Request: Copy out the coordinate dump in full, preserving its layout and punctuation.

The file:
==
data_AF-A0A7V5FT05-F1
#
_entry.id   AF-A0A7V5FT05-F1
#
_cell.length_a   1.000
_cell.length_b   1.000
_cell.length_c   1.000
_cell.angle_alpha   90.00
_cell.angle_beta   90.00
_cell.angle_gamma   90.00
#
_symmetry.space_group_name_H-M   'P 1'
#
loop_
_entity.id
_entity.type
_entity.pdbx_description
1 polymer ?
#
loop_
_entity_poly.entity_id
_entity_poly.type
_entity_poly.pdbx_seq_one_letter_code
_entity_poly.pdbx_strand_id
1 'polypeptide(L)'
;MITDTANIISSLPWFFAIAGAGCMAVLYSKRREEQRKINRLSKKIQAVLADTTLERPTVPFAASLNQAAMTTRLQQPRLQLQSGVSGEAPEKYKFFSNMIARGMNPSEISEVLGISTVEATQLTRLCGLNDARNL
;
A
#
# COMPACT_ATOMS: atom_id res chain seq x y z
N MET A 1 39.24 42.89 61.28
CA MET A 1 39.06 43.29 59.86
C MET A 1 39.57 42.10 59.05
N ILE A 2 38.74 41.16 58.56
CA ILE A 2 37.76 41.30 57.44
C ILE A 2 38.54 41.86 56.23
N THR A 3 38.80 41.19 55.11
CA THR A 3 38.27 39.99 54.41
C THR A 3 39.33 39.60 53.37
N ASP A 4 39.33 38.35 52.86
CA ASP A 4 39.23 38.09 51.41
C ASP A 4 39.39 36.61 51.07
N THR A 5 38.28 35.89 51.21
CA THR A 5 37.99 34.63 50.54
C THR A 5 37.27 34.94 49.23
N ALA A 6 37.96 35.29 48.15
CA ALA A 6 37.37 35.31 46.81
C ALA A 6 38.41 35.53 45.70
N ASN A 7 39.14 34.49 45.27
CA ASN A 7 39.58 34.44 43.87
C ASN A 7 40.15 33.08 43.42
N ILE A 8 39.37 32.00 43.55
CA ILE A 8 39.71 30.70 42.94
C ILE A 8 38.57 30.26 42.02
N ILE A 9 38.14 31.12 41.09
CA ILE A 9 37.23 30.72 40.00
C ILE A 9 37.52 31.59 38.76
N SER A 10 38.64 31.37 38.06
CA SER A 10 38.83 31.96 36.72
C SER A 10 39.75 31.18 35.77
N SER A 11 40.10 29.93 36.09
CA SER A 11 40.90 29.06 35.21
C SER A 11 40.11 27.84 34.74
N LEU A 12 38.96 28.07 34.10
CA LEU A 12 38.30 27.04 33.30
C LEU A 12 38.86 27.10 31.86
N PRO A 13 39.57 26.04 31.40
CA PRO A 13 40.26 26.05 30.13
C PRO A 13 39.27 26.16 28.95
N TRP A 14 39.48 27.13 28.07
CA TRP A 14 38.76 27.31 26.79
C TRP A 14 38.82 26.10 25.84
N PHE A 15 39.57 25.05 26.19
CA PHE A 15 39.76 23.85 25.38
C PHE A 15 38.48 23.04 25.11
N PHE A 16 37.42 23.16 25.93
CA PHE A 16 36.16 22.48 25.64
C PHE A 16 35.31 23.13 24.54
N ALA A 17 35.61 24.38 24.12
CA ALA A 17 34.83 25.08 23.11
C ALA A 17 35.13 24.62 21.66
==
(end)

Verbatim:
data_AF-A0A7V5FT05-F1
#
_entry.id   AF-A0A7V5FT05-F1
#
_cell.length_a   1.000
_cell.length_b   1.000
_cell.length_c   1.000
_cell.angle_alpha   90.00
_cell.angle_beta   90.00
_cell.angle_gamma   90.00
#
_symmetry.space_group_name_H-M   'P 1'
#
loop_
_entity.id
_entity.type
_entity.pdbx_description
1 polymer ?
#
loop_
_entity_poly.entity_id
_entity_poly.type
_entity_poly.pdbx_seq_one_letter_code
_entity_poly.pdbx_strand_id
1 'polypeptide(L)'
;MITDTANIISSLPWFFAIAGAGCMAVLYSKRREEQRKINRLSKKIQAVLADTTLERPTVPFAASLNQAAMTTRLQQPRLQLQSGVSGEAPEKYKFFSNMIARGMNPSEISEVLGISTVEATQLTRLCGLNDARNL
;
A
#
# COMPACT_ATOMS: atom_id res chain seq x y z
N MET A 1 39.24 42.89 61.28
CA MET A 1 39.06 43.29 59.86
C MET A 1 39.57 42.10 59.05
N ILE A 2 38.74 41.16 58.56
CA ILE A 2 37.76 41.30 57.44
C ILE A 2 38.54 41.86 56.23
N THR A 3 38.80 41.19 55.11
CA THR A 3 38.27 39.99 54.41
C THR A 3 39.33 39.60 53.37
N ASP A 4 39.33 38.35 52.86
CA ASP A 4 39.23 38.09 51.41
C ASP A 4 39.39 36.61 51.07
N THR A 5 38.28 35.89 51.21
CA THR A 5 37.99 34.63 50.54
C THR A 5 37.27 34.94 49.23
N ALA A 6 37.96 35.29 48.15
CA ALA A 6 37.37 35.31 46.81
C ALA A 6 38.41 35.53 45.70
N ASN A 7 39.14 34.49 45.27
CA ASN A 7 39.58 34.44 43.87
C ASN A 7 40.15 33.08 43.42
N ILE A 8 39.37 32.00 43.55
CA ILE A 8 39.71 30.70 42.94
C ILE A 8 38.57 30.26 42.02
N ILE A 9 38.14 31.12 41.09
CA ILE A 9 37.23 30.72 40.00
C ILE A 9 37.52 31.59 38.76
N SER A 10 38.64 31.37 38.06
CA SER A 10 38.83 31.96 36.72
C SER A 10 39.75 31.18 35.77
N SER A 11 40.10 29.93 36.09
CA SER A 11 40.90 29.06 35.21
C SER A 11 40.11 27.84 34.74
N LEU A 12 38.96 28.07 34.10
CA LEU A 12 38.30 27.04 33.30
C LEU A 12 38.86 27.10 31.86
N PRO A 13 39.57 26.04 31.40
CA PRO A 13 40.26 26.05 30.13
C PRO A 13 39.27 26.16 28.95
N TRP A 14 39.48 27.13 28.07
CA TRP A 14 38.76 27.31 26.79
C TRP A 14 38.82 26.10 25.84
N PHE A 15 39.57 25.05 26.19
CA PHE A 15 39.76 23.85 25.38
C PHE A 15 38.48 23.04 25.11
N PHE A 16 37.42 23.16 25.93
CA PHE A 16 36.16 22.48 25.64
C PHE A 16 35.31 23.13 24.54
N ALA A 17 35.61 24.38 24.12
CA ALA A 17 34.83 25.08 23.11
C ALA A 17 35.13 24.62 21.66